According to the United Nations, by the end of 2016 half of the world’s population will be connected to the Internet, although developing countries remain largely unconnected.

The report was filed by the U.N. International Telecommunication Union, which revealed that South Korea, Hong Kong, China, and Japan were the leaders in connectivity from 2015 to 2015. Information and communications technology (ICT) is one of the prominent factors in the 2030 Agenda for Sustainable Development, being a critical component of 17 of the Sustainable Development Goals.

Facebook's Aquila
Aquila completes its first flight on July 21, 2016. It is a solar-powered plane built by Facebook to provide internet connection to remote regions. The United Nations expects that 60 percent of the world will be able to enjoy an Internet connection by 2020. Image credit: Facebook.

When it comes to ICT development, Europe was the dominant continent while smaller American countries also showed significant progress. The most lackluster region was Africa, where the ICT Development Index for 2016 was only 2.48, compared to a 4.94 global average. This reflects the increased economic development burdens for African countries, showing that simply having Internet access is not enough.

The globalization of Internet

Even if a country has widespread access to the Internet, it is still necessary to educate people to take full advantage of what it has to offer. The ITU highlights that one of the best tools that the Internet possesses is e-commerce, where people can conduct business with little to no start-up capital.

It was also noted that by the end of 2016, there will be as many mobile cellphone subscriptions as there are people on Earth, since many people can have multiple subscriptions to these services. It also appears that 95 percent of all people will be residing in an area covered by a mobile cellular signal.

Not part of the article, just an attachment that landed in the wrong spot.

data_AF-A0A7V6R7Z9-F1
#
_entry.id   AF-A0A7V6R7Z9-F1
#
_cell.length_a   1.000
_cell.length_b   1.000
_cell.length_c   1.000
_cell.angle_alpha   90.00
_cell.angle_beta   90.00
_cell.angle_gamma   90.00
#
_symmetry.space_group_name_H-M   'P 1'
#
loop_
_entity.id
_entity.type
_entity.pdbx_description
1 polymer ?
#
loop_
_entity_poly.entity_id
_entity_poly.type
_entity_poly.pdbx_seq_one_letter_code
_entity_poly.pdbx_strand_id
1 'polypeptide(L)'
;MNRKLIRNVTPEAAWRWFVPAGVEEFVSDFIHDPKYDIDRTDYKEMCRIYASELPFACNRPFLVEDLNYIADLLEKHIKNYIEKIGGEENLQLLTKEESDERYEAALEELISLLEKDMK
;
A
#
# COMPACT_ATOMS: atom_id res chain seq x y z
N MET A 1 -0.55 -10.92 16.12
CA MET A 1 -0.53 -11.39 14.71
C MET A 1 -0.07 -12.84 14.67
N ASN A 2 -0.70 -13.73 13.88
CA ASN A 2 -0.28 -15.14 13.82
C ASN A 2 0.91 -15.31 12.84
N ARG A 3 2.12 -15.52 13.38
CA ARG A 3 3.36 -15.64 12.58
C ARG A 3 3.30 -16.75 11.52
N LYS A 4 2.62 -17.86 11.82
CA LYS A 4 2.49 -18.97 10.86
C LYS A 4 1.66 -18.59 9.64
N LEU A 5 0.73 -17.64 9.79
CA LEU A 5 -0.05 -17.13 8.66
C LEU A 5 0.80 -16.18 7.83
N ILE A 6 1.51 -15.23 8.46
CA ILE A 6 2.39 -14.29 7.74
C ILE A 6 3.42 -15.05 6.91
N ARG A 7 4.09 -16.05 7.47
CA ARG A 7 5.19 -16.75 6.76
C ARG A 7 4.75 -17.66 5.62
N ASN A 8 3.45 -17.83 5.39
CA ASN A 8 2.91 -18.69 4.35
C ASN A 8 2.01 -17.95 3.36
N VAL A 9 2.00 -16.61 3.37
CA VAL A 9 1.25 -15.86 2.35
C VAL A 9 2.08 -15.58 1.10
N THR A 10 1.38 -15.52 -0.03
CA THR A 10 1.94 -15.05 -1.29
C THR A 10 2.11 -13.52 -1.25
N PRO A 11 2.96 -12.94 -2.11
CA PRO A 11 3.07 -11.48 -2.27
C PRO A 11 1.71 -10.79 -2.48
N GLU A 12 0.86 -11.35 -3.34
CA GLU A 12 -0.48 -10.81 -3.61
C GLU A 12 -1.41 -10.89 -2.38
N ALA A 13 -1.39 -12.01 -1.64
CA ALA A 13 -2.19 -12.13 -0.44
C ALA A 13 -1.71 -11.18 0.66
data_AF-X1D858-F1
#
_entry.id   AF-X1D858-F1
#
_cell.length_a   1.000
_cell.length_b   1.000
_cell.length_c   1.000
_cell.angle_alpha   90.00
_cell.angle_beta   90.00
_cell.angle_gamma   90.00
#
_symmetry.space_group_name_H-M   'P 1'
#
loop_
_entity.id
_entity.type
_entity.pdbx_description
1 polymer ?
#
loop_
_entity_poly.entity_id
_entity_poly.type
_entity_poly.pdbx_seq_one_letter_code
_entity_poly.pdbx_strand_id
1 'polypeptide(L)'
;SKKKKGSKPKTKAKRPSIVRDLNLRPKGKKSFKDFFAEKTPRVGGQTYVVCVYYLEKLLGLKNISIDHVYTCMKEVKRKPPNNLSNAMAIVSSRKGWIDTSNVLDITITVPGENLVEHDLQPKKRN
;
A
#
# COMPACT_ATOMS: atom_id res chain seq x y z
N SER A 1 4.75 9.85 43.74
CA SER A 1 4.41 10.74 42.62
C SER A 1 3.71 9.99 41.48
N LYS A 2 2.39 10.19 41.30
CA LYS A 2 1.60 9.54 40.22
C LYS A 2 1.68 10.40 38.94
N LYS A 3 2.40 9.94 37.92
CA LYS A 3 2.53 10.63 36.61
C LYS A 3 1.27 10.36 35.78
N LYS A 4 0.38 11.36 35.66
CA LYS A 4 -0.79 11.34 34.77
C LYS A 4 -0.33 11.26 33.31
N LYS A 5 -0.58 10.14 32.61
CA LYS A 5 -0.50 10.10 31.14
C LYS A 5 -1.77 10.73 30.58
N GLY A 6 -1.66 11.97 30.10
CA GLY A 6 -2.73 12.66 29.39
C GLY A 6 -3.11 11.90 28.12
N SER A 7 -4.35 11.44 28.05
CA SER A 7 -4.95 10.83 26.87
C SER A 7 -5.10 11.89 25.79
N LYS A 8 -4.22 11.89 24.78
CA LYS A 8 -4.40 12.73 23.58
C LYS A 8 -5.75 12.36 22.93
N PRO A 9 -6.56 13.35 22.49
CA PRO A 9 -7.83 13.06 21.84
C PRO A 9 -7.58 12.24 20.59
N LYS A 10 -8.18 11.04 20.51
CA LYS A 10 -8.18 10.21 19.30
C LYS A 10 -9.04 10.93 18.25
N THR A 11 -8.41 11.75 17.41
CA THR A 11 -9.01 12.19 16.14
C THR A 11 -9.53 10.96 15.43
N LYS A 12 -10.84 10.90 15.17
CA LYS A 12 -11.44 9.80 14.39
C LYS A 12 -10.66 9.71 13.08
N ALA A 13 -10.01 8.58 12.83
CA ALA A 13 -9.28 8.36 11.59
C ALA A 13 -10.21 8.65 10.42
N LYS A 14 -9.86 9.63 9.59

With each passing year, the Internet becomes more and more important for daily tasks and for developing new projects. The possibility of remaining connected to websites that can be reached by anyone in the world is something to admire.

Because the Internet has shaped up things so radically, it is now being pushed as the way to keep the world connected. For instance, climbers can now enjoy 3G Internet on the route to Mount Everest, which is provided by the telecommunications carrier Ncell. The highest 3G base station is situated at the Everest’s base camp at 17,000 feet high. The coverage reaches the summit of the mountain, which will allow climbers to keep in contact with their families and acquaintances in case anything awry occurs.

On the other hand, China has treatment facilities for those addicted to the Internet. Some Chinese teens spend over 17 hours per day in front of their monitors, which has called for specialized rehab centers not for drugs or alcohol, but for Internet abuse, mainly because it is easily accessible, cheap, and resourceful. There have been several cases of Chinese people dying after days playing online games without pause, and even one of them was honored at a virtual funeral by his fellow gamer friends. China’s Youth Rehabilitation Base is run like a prison with military-style drills and exercises.

“Military training will improve your health, and a sound mind can only be in a sound body,” stated the base’s chief Tao Ran.

Source: UN News Centre